If Michael Harris II had been drafted by perhaps anybody else but his hometown team, he might be preparing to take the mound every fifth day. But the Braves have made it a little bit of a habit to go against the grain in the scouting industry and draft players generally perceived to be pitchers and give them the chance to hit at the professional level.
That’s worked out pretty well with 2021 Silver Slugger award winner and MVP candidate Austin Riley, who was taken No. 41 overall in the 2017 Draft and obviously developed as a slugging right-handed hitter. In the third round of 2019, the Braves took Harris, a player from their own backyard in Georgia, who most teams liked as a left-handed pitcher. But the Braves knew that Harris wanted to hit, and they wanted to let him. With his call up to Atlanta on Saturday, they’ll get to see just how well it will work in the big leagues.
As much as the Braves like Harris, they would be the first to admit that he has developed a lot faster than anyone anticipated. And he showed off a more advanced feel for the game than many expected, especially for a high school player who previously had split his focus between pitching and hitting. He didn’t waste any time showing they may have gotten a better player than even they realized after signing him for slightly below slot when he played his way to full-season ball in his debut summer of ’19. He had a .917 OPS that year, serving notice that he might have the chance to be something special.
We may not know for a very long time what the impact of the canceled 2020 Minor League season will have on the development of young players. What we do know is Harris used that time to get better. At 19, he was one of the youngest players at any alternate training site and definitely looked like he belonged with the slew of other young Braves outfielders at the time, a group that included Ronald Acuña Jr., Cristian Pache and Drew Waters. All of them had the tools to play center field, and Harris immediately showed that his instincts as a defender were just as good as, if not better than, the others in this group. That’s something Braves fans can bank on right out of the gate: plus defense in the outfield. He’s certainly capable of playing all three outfield positions, but with all due respect to Adam Duvall, Harris will be a huge defensive upgrade up the middle. His plus arm from him that made him such an intriguing pitching prospect in high school works very well from any spot.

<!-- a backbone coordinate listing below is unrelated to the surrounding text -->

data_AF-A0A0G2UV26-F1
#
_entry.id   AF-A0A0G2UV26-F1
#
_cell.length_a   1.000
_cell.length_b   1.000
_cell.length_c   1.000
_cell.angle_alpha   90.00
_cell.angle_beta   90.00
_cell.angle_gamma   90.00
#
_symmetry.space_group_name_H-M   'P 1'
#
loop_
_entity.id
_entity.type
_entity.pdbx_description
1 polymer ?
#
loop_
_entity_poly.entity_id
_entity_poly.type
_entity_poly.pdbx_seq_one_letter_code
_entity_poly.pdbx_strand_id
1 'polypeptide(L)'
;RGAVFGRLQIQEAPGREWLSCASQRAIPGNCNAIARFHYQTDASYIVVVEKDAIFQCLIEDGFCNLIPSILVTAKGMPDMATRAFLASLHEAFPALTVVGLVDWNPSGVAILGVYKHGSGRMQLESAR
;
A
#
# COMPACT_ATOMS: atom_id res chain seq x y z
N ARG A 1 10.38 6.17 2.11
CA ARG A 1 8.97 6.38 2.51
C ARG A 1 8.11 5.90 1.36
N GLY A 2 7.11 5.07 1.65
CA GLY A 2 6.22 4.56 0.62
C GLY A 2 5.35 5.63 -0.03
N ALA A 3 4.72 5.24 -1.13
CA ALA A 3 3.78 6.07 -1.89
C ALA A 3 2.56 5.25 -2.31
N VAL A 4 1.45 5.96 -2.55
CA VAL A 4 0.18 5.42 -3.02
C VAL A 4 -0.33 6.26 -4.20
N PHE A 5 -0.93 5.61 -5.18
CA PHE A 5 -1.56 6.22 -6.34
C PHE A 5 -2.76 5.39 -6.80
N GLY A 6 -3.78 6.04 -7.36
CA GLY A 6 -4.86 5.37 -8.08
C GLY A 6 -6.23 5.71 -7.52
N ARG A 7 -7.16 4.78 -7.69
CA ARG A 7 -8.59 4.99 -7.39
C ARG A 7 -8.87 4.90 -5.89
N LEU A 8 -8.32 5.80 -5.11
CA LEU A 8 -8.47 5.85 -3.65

Harris also has plus speed, which not only allows him to cover a lot of ground in the outfield but has also helped him be a very effective base stealer. So even if the 21-year old doesn’t hit right out of the chute, he can contribute to winning games with his legs, his arm and his glove.
That’s not to say Harris isn’t going to hit. He is a very confident hitter with an advanced approach from the left side of the plate. While typically being one of the youngest players at whatever level he’s been assigned to, he has shown the ability to take the same, consistent at-bats regardless of who was on the mound. That kind of mindset will help him as he makes the double leap to the big leagues.
As good as Harris was right after being drafted, there was some concern with his chase rate. Rather then being a young arrogant player who feels he has it all figured out, Harris worked to improve his overall approach and has cut his chase rate down considerably since that first professional summer. Now he has elite bat-to-ball skills that jump off the page, with a very strong knowledge of the strike zone.
Power is often the last tool to show up consistently, and Harris is definitely just scratching the surface of tapping into his tremendous raw pop. That might take a little time to show up in the big leagues, especially as he is often content to let the ball travel deep and trust his hands to make hard contact. Once he learns what his hot zone is and starts to barrel those pitches out front, the power will continue to come, giving him a very exciting combination of power and contact skills.
It was clear the Braves needed some outfield help at the big league level, and it’s telling that they opted to bring up Harris from Double-A rather than give Waters, currently in Triple-A and already on the 40-man roster, an opportunity . The Braves clearly believe that Harris’ mature approach at the plate and five-tool potential have him ready for The Show.